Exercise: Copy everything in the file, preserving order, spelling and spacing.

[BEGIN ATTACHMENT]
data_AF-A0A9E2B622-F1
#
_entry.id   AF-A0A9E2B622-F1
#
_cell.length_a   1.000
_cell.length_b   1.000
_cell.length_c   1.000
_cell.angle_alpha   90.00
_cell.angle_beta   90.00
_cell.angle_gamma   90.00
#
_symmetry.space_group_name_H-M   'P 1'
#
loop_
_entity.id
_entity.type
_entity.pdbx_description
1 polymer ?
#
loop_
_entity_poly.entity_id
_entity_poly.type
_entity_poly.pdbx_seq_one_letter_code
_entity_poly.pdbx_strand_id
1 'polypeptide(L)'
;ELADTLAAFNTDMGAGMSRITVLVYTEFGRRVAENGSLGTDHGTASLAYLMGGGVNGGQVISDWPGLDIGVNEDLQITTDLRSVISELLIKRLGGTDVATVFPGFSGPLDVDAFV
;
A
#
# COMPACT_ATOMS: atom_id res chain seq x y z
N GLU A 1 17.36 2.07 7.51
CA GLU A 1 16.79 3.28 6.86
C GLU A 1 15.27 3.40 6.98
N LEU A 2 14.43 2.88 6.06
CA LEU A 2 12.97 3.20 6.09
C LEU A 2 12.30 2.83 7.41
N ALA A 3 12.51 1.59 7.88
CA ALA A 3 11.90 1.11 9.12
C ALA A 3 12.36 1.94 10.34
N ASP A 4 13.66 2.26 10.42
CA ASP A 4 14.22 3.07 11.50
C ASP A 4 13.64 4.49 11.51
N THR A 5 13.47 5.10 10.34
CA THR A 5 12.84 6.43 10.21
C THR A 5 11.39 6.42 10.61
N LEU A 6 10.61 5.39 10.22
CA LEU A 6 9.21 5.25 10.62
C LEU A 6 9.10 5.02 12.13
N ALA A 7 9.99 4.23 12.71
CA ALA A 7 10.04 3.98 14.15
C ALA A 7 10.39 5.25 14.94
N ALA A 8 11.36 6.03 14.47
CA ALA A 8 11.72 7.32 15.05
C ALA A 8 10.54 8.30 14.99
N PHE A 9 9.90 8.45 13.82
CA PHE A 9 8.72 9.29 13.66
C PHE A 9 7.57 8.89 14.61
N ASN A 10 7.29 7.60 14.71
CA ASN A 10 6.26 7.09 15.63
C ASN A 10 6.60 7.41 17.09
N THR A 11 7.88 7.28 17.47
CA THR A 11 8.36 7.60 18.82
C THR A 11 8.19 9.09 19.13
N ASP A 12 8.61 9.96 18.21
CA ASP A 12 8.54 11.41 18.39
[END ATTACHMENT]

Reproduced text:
data_AF-A0A9E2B622-F1
#
_entry.id   AF-A0A9E2B622-F1
#
_cell.length_a   1.000
_cell.length_b   1.000
_cell.length_c   1.000
_cell.angle_alpha   90.00
_cell.angle_beta   90.00
_cell.angle_gamma   90.00
#
_symmetry.space_group_name_H-M   'P 1'
#
loop_
_entity.id
_entity.type
_entity.pdbx_description
1 polymer ?
#
loop_
_entity_poly.entity_id
_entity_poly.type
_entity_poly.pdbx_seq_one_letter_code
_entity_poly.pdbx_strand_id
1 'polypeptide(L)'
;ELADTLAAFNTDMGAGMSRITVLVYTEFGRRVAENGSLGTDHGTASLAYLMGGGVNGGQVISDWPGLDIGVNEDLQITTDLRSVISELLIKRLGGTDVATVFPGFSGPLDVDAFV
;
A
#
# COMPACT_ATOMS: atom_id res chain seq x y z
N GLU A 1 17.36 2.07 7.51
CA GLU A 1 16.79 3.28 6.86
C GLU A 1 15.27 3.40 6.98
N LEU A 2 14.43 2.88 6.06
CA LEU A 2 12.97 3.20 6.09
C LEU A 2 12.30 2.83 7.41
N ALA A 3 12.51 1.59 7.88
CA ALA A 3 11.90 1.11 9.12
C ALA A 3 12.36 1.94 10.34
N ASP A 4 13.66 2.26 10.42
CA ASP A 4 14.22 3.07 11.50
C ASP A 4 13.64 4.49 11.51
N THR A 5 13.47 5.10 10.34
CA THR A 5 12.84 6.43 10.21
C THR A 5 11.39 6.42 10.61
N LEU A 6 10.61 5.39 10.22
CA LEU A 6 9.21 5.25 10.62
C LEU A 6 9.10 5.02 12.13
N ALA A 7 9.99 4.23 12.71
CA ALA A 7 10.04 3.98 14.15
C ALA A 7 10.39 5.25 14.94
N ALA A 8 11.36 6.03 14.47
CA ALA A 8 11.72 7.32 15.05
C ALA A 8 10.54 8.30 14.99
N PHE A 9 9.90 8.45 13.82
CA PHE A 9 8.72 9.29 13.66
C PHE A 9 7.57 8.89 14.61
N ASN A 10 7.29 7.60 14.71
CA ASN A 10 6.26 7.09 15.63
C ASN A 10 6.60 7.41 17.09
N THR A 11 7.88 7.28 17.47
CA THR A 11 8.36 7.60 18.82
C THR A 11 8.19 9.09 19.13
N ASP A 12 8.61 9.96 18.21
CA ASP A 12 8.54 11.41 18.39